Research planning: an adventure
The Comoros are an archipelago composed of 3 islands (formerly 4, but since 1975 one of them, Mayotte, is part of France) in the Indian Ocean, just above Madagascar and facing Mozambique. Despite their very diverse and rich culture – usually referred to as ‘islamo-bantu’, that is, a traditional Islamic society, yet very tolerant, but which speaks a language from the family of swahili, the most widely spread language of Africa – they have received very little academic attention. The oral literature of the Comoros reflects these different influences from Africa and the Islamic World but is also characteristic of the Indian Ocean traditional folklore. During the French colonisation, the Comoros have been exposed to other genres of literature, especially written ones. The first Comorian novel was published in 1985, and my research examines how novels written in French by Comorian writers are used as means to reinvest traditional oral narratives and especially folktales. Very little has been written about the Comoros so far, and I knew from the start that my research would involve a lot of planning in order to share the work between the two summers of my research and to go there by myself.
I didn’t expect the extent to which planning the trip would be an adventure. There is almost no internet in the Comoros, and when there is, people hardly ever look at their e-mails – including hostels, so that 2 weeks before the date of my flight to the other side of the world my accommodation was still not sorted out. Most of the story-tellers, scholars and specialists I contacted never answered to my e-mails, which was quite depressing. Fortunately, the ones who replied – sometimes a month later – were quite helpful.
Finding appropriate secondary literature was also a challenge: even the Inter-Library Loans service of the University failed to locate and get hold of the little number of related books that I had identified. This is where my treasure hunt began – I was this week in Paris trying to find where the books I was looking for were. It was quite funny: many librarians were surprised by my unusual research topic and I now have a lot of library cards! Next week, I will try to establish a full bibliography of works related to my research, which will include their location, and link the different versions of the same tale together.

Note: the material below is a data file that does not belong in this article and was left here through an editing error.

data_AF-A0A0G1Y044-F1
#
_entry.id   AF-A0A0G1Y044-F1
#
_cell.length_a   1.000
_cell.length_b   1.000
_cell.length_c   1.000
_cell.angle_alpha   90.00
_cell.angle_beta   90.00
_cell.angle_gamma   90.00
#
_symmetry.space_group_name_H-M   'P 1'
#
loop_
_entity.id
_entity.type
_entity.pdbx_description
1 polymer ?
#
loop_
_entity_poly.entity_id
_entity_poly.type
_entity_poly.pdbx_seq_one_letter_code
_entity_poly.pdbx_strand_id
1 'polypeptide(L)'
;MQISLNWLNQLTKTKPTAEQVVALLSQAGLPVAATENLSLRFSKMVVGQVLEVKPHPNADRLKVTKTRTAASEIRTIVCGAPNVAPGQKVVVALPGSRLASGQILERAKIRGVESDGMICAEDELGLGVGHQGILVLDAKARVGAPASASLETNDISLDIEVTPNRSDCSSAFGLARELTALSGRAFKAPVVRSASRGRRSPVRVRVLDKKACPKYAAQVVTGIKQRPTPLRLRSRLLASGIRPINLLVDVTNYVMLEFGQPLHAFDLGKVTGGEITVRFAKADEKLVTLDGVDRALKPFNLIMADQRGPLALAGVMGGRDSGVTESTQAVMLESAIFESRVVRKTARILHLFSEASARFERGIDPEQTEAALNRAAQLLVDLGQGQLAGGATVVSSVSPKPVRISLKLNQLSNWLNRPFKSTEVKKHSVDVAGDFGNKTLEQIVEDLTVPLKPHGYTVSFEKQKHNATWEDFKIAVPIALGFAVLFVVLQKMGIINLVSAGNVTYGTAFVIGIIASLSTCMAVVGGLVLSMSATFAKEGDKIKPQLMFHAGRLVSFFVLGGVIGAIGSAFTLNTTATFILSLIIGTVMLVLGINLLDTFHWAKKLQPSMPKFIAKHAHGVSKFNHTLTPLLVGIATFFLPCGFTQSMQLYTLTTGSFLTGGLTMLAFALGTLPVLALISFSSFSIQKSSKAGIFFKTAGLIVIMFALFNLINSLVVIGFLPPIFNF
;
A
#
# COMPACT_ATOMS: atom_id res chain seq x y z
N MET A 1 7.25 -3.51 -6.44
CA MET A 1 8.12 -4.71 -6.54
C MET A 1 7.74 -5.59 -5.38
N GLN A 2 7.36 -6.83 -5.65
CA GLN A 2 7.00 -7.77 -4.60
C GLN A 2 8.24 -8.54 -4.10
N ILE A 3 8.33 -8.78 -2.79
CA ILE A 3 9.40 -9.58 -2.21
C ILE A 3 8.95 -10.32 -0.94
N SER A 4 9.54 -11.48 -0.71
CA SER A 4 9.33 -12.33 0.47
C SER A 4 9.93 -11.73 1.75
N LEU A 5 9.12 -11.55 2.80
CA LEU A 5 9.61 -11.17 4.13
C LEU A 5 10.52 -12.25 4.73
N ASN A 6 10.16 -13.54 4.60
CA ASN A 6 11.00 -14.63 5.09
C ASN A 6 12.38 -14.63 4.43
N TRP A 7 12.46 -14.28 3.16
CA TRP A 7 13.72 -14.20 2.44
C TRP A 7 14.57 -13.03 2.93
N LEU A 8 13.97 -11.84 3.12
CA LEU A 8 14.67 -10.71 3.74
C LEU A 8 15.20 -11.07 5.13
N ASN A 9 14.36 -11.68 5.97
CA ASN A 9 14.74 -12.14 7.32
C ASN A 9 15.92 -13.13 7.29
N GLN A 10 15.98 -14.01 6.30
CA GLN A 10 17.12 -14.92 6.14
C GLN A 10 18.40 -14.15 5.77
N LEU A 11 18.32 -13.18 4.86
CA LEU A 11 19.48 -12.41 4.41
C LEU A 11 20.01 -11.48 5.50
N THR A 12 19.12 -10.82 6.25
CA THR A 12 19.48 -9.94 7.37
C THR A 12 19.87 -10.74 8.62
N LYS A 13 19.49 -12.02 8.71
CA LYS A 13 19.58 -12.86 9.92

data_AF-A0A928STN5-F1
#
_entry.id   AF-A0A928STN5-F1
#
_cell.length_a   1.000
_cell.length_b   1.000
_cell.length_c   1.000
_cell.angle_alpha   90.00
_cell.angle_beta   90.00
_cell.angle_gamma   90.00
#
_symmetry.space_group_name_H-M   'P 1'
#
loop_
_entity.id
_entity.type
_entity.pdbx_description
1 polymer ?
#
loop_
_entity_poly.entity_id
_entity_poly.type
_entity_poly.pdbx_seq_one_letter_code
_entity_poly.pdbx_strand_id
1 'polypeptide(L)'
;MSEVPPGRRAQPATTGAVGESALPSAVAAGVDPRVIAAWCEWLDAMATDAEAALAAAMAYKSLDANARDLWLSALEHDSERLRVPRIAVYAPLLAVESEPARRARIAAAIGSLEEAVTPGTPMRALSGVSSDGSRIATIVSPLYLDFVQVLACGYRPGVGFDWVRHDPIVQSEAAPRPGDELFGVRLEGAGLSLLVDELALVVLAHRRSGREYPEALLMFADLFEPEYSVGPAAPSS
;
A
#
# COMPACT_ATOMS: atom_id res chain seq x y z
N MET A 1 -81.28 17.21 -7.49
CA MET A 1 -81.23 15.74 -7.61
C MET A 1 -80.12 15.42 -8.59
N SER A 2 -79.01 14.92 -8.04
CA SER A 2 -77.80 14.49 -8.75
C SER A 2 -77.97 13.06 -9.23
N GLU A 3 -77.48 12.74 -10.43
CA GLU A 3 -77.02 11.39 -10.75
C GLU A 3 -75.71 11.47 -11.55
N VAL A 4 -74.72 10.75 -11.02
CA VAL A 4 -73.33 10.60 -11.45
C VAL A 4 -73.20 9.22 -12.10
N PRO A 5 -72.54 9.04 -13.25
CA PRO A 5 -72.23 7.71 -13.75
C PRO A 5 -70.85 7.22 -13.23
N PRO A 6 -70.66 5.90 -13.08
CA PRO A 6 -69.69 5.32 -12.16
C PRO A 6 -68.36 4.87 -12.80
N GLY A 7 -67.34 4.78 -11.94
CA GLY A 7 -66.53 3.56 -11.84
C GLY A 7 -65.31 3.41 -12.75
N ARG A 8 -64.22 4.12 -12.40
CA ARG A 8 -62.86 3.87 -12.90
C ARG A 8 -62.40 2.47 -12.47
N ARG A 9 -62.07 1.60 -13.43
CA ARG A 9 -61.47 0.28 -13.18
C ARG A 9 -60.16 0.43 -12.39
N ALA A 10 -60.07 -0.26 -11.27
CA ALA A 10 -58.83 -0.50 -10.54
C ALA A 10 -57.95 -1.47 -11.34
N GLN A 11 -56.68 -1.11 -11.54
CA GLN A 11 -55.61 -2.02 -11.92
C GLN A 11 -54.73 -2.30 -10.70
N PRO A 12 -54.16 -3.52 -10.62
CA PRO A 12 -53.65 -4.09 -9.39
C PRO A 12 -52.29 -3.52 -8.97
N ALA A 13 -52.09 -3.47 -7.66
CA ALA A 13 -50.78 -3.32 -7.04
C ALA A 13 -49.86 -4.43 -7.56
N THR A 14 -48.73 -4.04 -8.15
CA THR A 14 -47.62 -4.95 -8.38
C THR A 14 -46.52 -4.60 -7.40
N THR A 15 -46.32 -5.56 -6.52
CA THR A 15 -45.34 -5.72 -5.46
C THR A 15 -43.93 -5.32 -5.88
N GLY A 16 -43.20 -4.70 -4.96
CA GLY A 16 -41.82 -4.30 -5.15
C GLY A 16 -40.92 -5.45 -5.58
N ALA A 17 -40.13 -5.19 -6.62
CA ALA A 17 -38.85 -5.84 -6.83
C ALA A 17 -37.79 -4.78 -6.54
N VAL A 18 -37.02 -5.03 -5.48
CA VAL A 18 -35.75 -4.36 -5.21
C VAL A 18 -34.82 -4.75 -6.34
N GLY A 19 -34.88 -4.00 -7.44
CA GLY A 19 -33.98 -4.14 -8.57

What I surely had not expected was the amount of paperwork I would need to do before undertaking my research. My initial plan was to interview people, and any research that involves exterior participants needs ethical approval. The ‘Ethics Form’, which became my best friend, was quite difficult to fill in, even with the help of my supervisor. The risk assessment form and travel fund application also took me a while, just like the numerous e-mails I sent to Comorian people that remained unanswered. Similarly, I needed to submit a full application to access ‘rare’ books in Paris. My advice to prospective Laidlaw scholars would definitely be: focus on the paperwork first and try to get hold of your resources as soon as you can – you will be really relieved once it is done.
I am flying to the Comoros on the 15th and I am really looking forward to it. So far, this internship has strengthened my desire to do a career in research. I would like to thank once again Lord Laidlaw for this incredible opportunity and the Laidlaw team at St Andrews and my supervisor, Professor Nicki Hitchcott, for their advice and support.